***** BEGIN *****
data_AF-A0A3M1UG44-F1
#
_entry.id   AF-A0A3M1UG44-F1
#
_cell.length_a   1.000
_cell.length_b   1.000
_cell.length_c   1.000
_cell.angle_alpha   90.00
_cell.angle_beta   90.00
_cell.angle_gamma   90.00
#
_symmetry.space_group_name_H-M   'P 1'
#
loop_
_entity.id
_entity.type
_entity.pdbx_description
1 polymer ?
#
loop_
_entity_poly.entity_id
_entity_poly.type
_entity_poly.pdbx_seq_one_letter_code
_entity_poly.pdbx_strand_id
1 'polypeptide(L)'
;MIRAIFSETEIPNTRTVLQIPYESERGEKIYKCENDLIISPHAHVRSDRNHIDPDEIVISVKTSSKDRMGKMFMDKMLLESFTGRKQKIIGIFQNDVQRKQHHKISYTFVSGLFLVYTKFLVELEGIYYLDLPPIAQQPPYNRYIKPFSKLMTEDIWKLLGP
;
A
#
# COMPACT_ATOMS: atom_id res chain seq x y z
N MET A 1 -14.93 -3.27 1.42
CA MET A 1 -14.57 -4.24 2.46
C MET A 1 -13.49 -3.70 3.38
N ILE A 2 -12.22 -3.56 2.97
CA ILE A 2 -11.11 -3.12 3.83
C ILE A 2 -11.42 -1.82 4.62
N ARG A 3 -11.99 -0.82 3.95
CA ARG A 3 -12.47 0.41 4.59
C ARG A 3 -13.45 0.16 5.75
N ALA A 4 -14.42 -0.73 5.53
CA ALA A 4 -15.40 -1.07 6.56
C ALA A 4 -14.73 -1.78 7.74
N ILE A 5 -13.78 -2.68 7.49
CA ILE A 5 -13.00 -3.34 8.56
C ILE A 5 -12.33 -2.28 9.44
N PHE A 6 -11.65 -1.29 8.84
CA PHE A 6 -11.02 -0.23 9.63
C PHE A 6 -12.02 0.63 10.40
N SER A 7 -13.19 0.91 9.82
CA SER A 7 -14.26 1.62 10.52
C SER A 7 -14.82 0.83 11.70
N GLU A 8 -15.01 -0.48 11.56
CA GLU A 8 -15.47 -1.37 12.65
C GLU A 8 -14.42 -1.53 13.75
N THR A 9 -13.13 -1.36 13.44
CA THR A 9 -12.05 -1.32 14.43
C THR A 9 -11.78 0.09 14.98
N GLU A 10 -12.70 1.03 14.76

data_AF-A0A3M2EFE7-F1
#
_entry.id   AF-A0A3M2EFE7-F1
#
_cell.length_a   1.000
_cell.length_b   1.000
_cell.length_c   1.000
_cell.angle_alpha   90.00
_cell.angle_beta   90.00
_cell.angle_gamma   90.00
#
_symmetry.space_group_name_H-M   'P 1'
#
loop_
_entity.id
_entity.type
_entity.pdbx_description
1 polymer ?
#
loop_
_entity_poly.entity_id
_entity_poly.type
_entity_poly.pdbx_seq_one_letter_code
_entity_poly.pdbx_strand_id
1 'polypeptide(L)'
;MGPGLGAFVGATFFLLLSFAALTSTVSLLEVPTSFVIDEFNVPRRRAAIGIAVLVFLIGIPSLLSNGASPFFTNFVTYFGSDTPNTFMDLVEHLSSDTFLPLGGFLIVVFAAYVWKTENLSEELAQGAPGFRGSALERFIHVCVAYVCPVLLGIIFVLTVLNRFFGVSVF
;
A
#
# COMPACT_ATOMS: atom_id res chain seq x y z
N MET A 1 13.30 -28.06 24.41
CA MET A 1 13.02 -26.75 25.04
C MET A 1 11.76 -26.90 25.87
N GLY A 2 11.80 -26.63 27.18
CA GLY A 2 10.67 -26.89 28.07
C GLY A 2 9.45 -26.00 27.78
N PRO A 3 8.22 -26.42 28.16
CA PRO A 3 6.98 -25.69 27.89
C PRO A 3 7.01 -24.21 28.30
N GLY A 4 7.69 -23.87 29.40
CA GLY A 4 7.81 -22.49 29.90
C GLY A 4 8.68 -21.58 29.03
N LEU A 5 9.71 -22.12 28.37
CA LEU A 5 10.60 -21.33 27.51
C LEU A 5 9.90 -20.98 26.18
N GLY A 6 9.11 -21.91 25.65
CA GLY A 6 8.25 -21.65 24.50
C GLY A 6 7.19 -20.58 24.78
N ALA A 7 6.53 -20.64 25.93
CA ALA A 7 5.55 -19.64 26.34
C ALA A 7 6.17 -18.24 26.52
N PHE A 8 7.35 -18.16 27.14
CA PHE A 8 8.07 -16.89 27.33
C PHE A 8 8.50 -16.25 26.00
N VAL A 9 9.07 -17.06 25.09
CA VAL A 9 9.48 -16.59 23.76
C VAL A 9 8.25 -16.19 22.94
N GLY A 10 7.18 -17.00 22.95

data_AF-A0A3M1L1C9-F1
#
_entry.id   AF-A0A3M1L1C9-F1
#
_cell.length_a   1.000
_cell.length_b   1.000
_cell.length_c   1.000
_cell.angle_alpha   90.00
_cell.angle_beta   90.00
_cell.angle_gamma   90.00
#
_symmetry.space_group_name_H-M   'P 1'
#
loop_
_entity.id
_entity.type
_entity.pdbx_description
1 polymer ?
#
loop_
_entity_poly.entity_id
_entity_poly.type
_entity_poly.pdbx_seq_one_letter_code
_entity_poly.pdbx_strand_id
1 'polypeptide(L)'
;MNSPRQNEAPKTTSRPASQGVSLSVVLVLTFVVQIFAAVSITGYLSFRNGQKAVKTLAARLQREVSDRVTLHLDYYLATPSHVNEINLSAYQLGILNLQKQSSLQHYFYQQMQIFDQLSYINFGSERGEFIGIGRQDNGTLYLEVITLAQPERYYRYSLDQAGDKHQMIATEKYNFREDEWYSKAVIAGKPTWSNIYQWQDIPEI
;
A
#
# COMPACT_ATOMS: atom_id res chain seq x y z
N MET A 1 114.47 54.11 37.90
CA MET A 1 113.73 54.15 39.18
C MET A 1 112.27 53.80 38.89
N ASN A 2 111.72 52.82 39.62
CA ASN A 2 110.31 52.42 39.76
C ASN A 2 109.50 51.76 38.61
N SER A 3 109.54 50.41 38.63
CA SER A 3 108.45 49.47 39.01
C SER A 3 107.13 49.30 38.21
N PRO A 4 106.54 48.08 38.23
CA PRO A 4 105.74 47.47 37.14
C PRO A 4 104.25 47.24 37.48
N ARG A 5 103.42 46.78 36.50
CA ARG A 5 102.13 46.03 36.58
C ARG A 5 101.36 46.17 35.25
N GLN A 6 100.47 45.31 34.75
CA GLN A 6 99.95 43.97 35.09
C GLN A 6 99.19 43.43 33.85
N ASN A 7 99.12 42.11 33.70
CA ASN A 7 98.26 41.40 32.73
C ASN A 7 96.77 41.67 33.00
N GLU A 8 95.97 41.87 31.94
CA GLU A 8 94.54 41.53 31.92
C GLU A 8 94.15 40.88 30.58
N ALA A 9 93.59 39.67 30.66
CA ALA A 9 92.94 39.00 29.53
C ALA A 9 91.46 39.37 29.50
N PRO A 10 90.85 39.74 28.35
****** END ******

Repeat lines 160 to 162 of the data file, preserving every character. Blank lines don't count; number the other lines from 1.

CA ARG A 5 102.13 46.03 36.58
C ARG A 5 101.36 46.17 35.25
N GLN A 6 100.47 45.31 34.75